It is becoming quite well-known that traditional channel relationships, which developed over a thirty period based on PC, LAN, PC Server and Client Server architecture are changing rapidly based on the characteristics of Cloud Computing products and services. And now we have data to prove it based on Techaisle surveys of SMBs.
It is in some ways analogous to how the industries where value could be digitized were essentially transformed by the Internet because the value could move instantly around the globe. On a worldwide network, even a relatively slow one, bits gained an advantage over molecules in advertising, banking, music and entertainment, travel, insurance, and many others.
With Cloud Computing, Remote Managed Services, Virtualization and other emerging cloud-based technology applications such as marketing automation, business intelligence and vertical applications exploding in the SMB marketplace, distribution channels face new challenges; these solutions can be efficiently delivered directly to the SMB customer, can be downloaded from the Internet, can be configured by savvy SMB customers or remotely, can be maintained, updated and upgraded online - in many cases the value can be delivered online. To further stack the deck, vendors who do not need help delivering complex solutions don't really have an incentive to work with a partner; to the contrary, they are able to sell much more efficiently by using the web channel and an inbound sales force. If you doubt it, sign up for a free SaaS trial and if they don't call within two hours, you are the exception.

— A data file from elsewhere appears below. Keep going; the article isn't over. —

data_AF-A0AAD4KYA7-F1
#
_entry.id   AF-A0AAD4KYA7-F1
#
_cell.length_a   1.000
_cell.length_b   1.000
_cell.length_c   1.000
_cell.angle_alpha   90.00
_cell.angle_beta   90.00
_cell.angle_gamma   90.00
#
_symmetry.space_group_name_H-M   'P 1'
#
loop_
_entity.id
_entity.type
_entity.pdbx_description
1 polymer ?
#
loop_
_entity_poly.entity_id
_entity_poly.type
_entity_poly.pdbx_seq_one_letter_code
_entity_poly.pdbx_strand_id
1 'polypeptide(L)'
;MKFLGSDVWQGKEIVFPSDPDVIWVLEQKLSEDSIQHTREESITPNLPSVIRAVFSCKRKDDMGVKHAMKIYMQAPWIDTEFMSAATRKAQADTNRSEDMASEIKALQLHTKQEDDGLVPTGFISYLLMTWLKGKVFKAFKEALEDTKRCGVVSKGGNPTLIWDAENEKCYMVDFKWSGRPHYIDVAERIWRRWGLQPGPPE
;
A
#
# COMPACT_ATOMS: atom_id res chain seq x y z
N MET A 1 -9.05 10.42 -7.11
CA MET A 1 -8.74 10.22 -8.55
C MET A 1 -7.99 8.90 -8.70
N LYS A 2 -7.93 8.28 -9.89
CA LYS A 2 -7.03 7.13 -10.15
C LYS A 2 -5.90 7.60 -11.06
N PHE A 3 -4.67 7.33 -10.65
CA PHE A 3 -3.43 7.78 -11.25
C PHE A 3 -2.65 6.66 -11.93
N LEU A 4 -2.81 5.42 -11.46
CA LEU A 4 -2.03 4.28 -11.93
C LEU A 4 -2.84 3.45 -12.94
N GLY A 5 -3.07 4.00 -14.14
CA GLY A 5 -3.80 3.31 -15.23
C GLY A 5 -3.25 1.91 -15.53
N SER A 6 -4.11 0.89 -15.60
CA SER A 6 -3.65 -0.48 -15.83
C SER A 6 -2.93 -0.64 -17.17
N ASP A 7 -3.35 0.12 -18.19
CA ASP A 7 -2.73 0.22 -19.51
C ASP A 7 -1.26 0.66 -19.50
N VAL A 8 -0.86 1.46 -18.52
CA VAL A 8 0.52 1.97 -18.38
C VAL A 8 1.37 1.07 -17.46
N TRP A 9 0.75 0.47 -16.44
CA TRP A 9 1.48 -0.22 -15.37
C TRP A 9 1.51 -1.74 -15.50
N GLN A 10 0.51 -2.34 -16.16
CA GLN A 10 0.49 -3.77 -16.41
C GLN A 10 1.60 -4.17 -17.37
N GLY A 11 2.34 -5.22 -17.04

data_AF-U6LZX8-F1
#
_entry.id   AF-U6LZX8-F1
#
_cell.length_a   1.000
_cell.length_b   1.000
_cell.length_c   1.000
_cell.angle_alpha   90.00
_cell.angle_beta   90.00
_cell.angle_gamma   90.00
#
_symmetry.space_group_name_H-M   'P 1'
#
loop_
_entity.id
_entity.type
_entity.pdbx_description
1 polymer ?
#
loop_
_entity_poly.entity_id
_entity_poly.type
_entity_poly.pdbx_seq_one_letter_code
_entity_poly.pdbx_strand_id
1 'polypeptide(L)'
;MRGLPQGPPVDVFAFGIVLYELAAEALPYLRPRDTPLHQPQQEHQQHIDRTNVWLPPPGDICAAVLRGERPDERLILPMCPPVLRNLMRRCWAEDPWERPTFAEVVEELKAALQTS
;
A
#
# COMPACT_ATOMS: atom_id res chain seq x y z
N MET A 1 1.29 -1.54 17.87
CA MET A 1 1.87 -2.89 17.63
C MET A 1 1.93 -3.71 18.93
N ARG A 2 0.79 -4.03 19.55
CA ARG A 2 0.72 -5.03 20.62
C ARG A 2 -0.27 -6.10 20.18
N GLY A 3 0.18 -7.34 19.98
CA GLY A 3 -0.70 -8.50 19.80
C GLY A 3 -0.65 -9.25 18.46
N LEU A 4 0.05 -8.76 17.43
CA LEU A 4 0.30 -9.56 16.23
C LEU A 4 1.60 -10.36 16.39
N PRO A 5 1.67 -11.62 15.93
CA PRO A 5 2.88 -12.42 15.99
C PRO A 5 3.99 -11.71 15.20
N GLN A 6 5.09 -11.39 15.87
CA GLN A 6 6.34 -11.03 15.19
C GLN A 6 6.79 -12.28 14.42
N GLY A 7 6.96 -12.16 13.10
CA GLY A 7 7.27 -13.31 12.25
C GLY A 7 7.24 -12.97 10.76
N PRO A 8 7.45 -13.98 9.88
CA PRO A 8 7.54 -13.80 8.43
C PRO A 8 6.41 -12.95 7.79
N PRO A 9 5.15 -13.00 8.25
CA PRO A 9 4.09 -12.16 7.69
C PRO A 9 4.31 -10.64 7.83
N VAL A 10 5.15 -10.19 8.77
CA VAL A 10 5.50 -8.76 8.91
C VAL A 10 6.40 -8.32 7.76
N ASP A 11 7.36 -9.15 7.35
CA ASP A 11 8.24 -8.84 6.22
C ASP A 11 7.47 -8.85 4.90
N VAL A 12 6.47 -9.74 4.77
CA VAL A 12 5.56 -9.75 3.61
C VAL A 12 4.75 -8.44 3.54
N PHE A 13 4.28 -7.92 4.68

The survey data shows a cross-tab of SMB decision makers, and shows that for the majority of new cloud-based applications and services Vendor Direct and VAR are the preferred sources of purchase.
At this point it makes sense to discuss the channels and why some are more suited to certain types of employee size businesses than others. We categorize Cloud Services into Infrastructure, Communications, Business Applications and Vertical Market categories. Provisioning of infrastructure services, like adding remote storage and back up services, has been simplified through web based interfaces and is well within the reach of IT staff. Similarly, horizontal SaaS applications can be up and running in minutes and customized by business users in a matter of hours or less - think GoDaddy, Constant Contact, Central Desktop, GotoMeeting, Sherweb - why pay a channel partner to implement these services?
Value Added Services become necessary in relation to the level of solution complexity; in business applications like robust CRM and ERP solutions from companies like Salesforce.com and Netsuite. Even if configuration can be accomplished with Internal IT staff, it may be better to let a VAR or specialist do it to save time and money, as with configuring Enterprise Applications like Siebel and SAP. Cloud Data, Network and Application Integration Services are also in high demand and capable Service Providers have no shortage of potential partners.
As discussed in an earlier post, these relatively easy-to-deploy solutions have also given rise to an important new source of advice, recommendations and services - the independent IT consultant - which will be the subject of one of our next posts.
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